May 29, 2013 at 7:49 am #1303527
@rhz10Locale: SF Bay Area
I've spent a long, long time trying to find a pair of low hikers/trail runners that fit my very narrow, low arch feet. One of the problems I've encountered is that when a shoe seems to fit in the heel and mid-foot, there doesn't seem to be enough toe room. Going up a half size obviously provides more toe room, but then the heel slips and I feel like I'm swimming in the shoe (even with thicker socks). As a general rule, how much space between the end of your big toe and the end of the shoe is desired? I've heard anywhere between 1/4" to 3/4".
rhzMay 29, 2013 at 7:52 am #1990772
When I jam my foot towards the front of the shoe, I find that if I can put two fingers in the heel portion of the shoe (side by side not front to back), that leaves enough room for my toes and is a great overall fit for me.May 29, 2013 at 7:55 am #1990775
Daryl and DarylBPL Member
@lyrad1Locale: Pacific Northwest, USA, Earth
I offer my experience as, perhaps, the extreme in one direction. I typically buy shoes with a full inch of toe room.
My wife says they look like clown shoes but they work for me.May 29, 2013 at 11:05 am #1990833
Mike VBPL Member
I used to sell athletic shoes when I was younger and we always recommended the width of your thumb between the end of your toes and the end of the toe box. If you have shoes you are currently wearing and are getting heel slip you should consider getting a pair of heel grips, but I would suggest looking for a shoe that is uses a more narrow last to begin with. Some companies like new balance offers a variety of widths for most sizes.May 30, 2013 at 3:28 am #1991182
Enough is the theoretical answer. Just enough so that your toes ideally never impact on the end of the shoe when you're doing descents. Of course almost everyone experiences some forward foot shift when going downhill for a long period so in practice about a finger's width or about 10mm seems to work for most people. That said, it's often hard to tell just where your toes are in stiff toed hiking shoes/boots so utilise the ramp that many outdoor shops have and really imitate walking downhill.May 30, 2013 at 4:38 pm #1991485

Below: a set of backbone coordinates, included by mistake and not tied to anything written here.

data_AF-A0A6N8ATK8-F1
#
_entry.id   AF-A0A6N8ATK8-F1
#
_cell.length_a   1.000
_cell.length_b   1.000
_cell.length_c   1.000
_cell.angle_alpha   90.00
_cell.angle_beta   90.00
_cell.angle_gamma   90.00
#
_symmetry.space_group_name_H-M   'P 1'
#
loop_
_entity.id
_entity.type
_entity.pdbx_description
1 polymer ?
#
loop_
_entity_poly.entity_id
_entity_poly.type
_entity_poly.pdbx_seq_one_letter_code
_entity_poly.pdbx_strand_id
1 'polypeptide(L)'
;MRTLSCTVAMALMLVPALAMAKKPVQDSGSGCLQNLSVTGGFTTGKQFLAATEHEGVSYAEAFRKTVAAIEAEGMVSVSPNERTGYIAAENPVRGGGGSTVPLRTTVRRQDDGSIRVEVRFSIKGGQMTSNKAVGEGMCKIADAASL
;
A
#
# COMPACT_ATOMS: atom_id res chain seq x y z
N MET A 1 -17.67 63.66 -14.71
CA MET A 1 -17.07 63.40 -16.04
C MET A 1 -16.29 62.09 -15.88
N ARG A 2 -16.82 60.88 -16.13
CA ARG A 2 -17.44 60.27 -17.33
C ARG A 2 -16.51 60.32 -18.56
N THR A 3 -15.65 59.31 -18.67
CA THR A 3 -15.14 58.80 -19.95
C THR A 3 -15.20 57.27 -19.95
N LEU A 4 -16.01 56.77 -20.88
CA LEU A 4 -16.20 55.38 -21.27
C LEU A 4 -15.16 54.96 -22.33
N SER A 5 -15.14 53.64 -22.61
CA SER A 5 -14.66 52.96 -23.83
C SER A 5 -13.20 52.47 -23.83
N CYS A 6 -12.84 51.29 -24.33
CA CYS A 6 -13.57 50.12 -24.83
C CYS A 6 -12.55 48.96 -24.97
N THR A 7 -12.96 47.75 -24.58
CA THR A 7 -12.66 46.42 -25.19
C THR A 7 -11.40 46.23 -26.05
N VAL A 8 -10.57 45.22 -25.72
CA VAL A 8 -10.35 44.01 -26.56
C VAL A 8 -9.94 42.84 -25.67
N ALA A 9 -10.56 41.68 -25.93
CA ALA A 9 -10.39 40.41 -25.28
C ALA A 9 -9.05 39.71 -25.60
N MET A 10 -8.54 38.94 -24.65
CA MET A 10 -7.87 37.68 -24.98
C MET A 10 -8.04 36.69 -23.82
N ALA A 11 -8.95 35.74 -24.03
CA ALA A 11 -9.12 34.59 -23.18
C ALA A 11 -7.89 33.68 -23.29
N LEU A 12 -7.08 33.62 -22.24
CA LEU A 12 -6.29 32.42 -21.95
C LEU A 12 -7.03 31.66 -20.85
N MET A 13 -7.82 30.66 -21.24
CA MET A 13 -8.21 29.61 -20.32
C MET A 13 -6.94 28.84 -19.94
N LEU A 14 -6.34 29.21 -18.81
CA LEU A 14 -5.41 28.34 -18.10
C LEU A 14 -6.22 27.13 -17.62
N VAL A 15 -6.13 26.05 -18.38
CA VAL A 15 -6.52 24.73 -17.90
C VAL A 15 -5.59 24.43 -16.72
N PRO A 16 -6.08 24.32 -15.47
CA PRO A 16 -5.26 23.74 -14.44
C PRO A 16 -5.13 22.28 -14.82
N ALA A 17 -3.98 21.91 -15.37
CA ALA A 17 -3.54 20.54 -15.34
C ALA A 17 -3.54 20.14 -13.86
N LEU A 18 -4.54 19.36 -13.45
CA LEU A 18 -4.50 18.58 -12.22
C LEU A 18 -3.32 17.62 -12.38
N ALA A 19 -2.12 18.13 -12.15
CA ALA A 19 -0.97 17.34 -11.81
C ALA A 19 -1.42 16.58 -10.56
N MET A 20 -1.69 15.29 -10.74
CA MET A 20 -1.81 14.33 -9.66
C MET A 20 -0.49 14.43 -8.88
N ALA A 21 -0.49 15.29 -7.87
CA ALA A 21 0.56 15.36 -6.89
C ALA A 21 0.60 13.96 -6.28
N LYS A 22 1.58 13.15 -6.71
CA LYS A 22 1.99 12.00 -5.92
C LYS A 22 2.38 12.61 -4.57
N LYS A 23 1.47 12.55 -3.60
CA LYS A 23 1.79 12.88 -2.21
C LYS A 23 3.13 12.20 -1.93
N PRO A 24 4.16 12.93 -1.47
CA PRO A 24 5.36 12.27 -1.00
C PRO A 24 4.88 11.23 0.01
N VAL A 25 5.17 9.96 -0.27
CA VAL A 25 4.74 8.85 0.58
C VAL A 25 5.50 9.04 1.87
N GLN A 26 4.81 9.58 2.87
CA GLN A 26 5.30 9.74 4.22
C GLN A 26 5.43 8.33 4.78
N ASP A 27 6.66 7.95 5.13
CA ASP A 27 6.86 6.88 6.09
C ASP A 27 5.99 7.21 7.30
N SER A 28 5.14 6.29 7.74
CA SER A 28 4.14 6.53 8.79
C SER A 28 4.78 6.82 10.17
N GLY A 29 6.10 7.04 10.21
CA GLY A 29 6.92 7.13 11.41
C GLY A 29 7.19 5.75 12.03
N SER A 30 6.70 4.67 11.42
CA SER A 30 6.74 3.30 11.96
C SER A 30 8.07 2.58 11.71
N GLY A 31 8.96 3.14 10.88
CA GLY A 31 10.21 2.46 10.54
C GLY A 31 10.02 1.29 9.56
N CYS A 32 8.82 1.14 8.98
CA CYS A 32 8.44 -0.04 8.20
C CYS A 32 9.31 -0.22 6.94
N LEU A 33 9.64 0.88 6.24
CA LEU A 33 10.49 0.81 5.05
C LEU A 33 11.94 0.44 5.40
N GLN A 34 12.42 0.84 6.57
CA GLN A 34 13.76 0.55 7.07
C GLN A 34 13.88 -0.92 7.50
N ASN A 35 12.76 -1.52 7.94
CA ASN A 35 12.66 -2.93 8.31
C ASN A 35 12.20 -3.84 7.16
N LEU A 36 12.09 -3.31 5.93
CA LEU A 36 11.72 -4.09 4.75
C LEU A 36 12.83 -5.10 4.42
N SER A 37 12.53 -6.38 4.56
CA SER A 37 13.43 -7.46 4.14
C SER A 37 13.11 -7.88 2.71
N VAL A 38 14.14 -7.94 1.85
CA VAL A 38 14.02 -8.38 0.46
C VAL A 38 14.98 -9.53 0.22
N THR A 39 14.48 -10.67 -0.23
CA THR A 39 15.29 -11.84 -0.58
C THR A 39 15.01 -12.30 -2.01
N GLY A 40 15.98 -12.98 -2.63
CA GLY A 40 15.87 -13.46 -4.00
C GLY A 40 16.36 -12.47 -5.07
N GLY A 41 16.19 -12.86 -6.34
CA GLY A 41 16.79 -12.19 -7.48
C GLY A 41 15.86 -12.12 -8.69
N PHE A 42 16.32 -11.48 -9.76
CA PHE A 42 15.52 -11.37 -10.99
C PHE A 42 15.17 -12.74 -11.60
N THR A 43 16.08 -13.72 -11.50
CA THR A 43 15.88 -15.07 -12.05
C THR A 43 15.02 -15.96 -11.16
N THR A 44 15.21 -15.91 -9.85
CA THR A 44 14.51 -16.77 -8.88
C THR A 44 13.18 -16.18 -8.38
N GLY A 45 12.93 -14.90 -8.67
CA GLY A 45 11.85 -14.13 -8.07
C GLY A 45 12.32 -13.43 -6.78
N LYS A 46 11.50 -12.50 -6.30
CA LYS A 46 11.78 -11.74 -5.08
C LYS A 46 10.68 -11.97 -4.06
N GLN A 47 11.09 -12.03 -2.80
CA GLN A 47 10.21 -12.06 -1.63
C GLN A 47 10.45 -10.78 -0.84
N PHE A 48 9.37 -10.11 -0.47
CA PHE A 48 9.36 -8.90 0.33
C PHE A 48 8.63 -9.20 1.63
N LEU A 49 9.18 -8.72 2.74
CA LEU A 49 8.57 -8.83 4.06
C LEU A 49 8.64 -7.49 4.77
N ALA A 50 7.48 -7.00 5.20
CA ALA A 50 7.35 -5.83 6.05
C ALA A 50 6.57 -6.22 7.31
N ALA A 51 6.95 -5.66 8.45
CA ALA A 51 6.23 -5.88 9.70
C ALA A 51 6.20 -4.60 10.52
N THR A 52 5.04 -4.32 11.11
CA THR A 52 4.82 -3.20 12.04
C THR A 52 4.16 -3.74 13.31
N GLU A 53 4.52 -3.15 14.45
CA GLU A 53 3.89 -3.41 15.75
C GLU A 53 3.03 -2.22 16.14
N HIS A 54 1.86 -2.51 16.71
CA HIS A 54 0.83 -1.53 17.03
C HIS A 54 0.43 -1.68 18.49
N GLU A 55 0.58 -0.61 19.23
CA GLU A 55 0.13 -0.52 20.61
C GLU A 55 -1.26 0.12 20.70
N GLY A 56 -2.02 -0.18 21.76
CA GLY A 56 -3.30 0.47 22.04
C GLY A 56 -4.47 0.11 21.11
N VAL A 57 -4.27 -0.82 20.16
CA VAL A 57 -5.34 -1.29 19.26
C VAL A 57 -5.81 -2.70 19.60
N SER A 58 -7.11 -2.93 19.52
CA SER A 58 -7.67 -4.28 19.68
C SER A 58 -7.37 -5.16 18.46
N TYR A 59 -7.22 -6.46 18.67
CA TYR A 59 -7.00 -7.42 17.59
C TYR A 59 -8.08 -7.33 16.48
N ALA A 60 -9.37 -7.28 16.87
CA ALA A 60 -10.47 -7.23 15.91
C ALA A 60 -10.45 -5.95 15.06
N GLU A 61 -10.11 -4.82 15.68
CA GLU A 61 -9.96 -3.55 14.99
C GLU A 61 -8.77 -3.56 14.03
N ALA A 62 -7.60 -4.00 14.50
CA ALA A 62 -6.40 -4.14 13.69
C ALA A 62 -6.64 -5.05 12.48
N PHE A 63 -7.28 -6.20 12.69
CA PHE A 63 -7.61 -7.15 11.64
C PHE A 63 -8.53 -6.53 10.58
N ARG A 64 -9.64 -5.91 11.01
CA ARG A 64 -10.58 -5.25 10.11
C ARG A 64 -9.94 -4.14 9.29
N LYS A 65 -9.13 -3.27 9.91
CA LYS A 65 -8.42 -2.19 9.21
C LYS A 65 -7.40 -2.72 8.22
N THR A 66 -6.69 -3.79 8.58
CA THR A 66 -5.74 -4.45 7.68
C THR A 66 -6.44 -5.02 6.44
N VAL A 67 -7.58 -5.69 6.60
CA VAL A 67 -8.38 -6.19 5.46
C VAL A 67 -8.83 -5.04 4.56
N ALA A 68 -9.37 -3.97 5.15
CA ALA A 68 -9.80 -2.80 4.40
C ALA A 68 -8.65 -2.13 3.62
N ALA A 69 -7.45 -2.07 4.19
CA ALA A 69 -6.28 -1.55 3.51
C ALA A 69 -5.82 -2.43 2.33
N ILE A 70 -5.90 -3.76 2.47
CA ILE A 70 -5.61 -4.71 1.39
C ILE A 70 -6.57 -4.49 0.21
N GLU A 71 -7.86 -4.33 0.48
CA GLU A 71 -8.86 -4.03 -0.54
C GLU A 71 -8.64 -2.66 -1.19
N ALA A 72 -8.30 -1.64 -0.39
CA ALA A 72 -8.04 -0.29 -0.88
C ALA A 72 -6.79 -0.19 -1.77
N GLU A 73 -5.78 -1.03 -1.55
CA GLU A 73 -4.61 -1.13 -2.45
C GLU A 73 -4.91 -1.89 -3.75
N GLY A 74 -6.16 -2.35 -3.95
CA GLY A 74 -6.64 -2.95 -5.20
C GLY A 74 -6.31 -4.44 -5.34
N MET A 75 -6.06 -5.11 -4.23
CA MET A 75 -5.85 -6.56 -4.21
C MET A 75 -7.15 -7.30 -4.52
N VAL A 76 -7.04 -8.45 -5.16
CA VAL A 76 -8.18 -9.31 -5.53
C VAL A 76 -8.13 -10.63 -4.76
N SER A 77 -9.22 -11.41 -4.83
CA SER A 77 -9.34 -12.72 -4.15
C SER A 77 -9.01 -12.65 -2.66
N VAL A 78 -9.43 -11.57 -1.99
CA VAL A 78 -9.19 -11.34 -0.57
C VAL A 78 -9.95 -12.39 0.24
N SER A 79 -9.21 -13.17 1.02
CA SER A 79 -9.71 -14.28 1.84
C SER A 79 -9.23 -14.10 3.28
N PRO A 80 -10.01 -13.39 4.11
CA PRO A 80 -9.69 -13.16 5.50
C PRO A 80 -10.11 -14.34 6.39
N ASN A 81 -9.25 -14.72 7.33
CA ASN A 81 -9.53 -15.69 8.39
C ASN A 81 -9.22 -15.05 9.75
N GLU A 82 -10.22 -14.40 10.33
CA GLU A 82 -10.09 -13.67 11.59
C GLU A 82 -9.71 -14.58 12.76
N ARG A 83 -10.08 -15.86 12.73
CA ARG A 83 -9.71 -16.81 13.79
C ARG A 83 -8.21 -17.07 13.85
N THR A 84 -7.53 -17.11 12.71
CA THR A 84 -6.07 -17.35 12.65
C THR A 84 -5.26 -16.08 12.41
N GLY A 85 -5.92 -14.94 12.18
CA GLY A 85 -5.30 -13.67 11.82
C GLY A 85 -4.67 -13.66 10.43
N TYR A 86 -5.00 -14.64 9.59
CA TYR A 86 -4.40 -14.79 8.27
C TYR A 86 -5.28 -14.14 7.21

Derrick WhiteBPL Member
@mikuLocale: Newfoundland & Labrador, Canada
I follow the thumb rule and the downward ramp walk test to ensure the toes make no contact. I have not yet bought a pair of boots or shoes that have not shrunk a little once they get wet, even with 100% synthetic materials including goretex.
Last year I bought a pair of Five Ten SAR canyoneering boots a full size bigger and they fit fine at first. These boots are designed to get wet and after two days hiking in a river they had contracted enough that my big toes were impacting. It 80K backcountry river hike and I lost a toenail.
I also have a pair of Solomon goretex boots that shrunk when they got wet and hurt my toes.
TipSolution for those with boots that are too small: I bought a set of wooden shoe stretchers with all wood and metal parts (no plastic). Put them in the boots (both pairs) and baked them in the oven for 5 hours at 140F. Then removed them and left stretchers in 2 days. It worked like a charm. I tried to find the level of heat necessary to soften the rubber materials so they would stretch gently but not too much to break down the glues or materials.
The goretex boots are still waterproof and both pairs now fit again!
DerrickMay 30, 2013 at 7:36 pm #1991580
Todd TBPL Member
@texasbbLocale: Pacific Northwest
I agree with "enough." Don't listen to any rules of thumb, because it just depends on you. I need a *lot* of room down there, mainly because of my ankles–they're about as big around as mop handles, so there's no shoe in the world that will both fit my long feet and hold them from sliding. So consider your feet (width, length, instep, arch, toe taper, volume, etc.), your ankles, and anything else you can think of, and try shoes till you find a pair that makes it impossible to jam your toes into the end. And don't be afraid to look like a clown.
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